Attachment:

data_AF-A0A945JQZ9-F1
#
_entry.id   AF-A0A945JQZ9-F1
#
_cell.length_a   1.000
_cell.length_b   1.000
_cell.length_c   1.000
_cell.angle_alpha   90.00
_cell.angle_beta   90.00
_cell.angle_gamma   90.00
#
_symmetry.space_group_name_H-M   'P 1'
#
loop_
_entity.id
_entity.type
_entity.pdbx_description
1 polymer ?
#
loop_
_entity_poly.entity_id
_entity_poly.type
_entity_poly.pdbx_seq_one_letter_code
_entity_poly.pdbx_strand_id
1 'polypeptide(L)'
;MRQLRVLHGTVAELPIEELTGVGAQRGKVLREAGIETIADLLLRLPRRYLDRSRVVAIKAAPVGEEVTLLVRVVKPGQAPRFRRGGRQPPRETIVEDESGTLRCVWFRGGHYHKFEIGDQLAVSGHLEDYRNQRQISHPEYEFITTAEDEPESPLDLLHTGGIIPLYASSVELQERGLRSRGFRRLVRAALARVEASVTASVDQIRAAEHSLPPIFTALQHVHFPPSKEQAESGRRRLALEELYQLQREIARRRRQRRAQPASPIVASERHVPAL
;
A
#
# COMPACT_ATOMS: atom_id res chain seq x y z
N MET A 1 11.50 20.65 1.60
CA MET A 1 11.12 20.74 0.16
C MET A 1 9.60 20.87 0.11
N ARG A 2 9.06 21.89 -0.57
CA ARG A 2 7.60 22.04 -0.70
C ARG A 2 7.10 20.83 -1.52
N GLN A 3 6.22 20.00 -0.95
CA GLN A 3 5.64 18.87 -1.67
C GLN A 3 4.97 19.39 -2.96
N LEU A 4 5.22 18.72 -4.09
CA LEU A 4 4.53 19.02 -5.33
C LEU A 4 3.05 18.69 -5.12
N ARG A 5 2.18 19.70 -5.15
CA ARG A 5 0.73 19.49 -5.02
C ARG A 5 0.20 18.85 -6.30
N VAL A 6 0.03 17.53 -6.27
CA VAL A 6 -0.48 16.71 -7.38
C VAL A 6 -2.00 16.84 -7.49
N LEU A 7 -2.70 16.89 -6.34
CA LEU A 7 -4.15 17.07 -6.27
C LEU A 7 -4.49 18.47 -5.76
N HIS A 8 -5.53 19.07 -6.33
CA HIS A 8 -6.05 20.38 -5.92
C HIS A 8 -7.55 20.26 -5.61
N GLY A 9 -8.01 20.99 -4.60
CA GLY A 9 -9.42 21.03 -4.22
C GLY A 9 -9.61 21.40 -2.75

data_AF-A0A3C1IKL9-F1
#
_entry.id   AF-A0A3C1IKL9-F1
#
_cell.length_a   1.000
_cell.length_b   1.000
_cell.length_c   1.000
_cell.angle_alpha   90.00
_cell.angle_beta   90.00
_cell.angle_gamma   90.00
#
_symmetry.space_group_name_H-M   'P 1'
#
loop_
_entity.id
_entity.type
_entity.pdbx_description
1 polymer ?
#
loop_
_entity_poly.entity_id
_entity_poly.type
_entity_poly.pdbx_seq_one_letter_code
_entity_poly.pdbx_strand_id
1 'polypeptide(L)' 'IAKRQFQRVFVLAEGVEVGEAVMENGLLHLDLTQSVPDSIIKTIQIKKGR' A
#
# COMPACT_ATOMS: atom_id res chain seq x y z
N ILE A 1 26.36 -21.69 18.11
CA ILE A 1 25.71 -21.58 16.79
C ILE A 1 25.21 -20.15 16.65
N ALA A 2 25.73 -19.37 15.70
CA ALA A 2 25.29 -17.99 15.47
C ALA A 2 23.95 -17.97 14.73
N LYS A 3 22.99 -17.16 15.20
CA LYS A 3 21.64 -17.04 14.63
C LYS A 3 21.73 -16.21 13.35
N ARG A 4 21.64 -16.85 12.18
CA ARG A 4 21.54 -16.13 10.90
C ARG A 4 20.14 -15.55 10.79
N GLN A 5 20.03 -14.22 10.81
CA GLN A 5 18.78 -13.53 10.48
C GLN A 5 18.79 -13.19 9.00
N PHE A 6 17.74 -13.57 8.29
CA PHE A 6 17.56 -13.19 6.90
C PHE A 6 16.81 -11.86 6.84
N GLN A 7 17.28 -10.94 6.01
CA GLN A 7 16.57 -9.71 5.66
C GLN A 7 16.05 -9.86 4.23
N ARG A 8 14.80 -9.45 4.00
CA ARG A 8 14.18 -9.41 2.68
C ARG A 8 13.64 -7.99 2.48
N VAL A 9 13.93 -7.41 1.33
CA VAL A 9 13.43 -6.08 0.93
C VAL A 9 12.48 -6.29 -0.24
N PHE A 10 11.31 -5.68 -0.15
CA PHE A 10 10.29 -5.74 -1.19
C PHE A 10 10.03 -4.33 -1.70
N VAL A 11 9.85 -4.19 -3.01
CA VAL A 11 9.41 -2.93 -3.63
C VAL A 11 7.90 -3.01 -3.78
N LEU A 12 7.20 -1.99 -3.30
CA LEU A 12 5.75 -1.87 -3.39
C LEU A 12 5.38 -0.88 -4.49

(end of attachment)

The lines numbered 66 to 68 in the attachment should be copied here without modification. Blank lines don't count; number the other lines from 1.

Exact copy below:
_cell.angle_beta   90.00
_cell.angle_gamma   90.00
#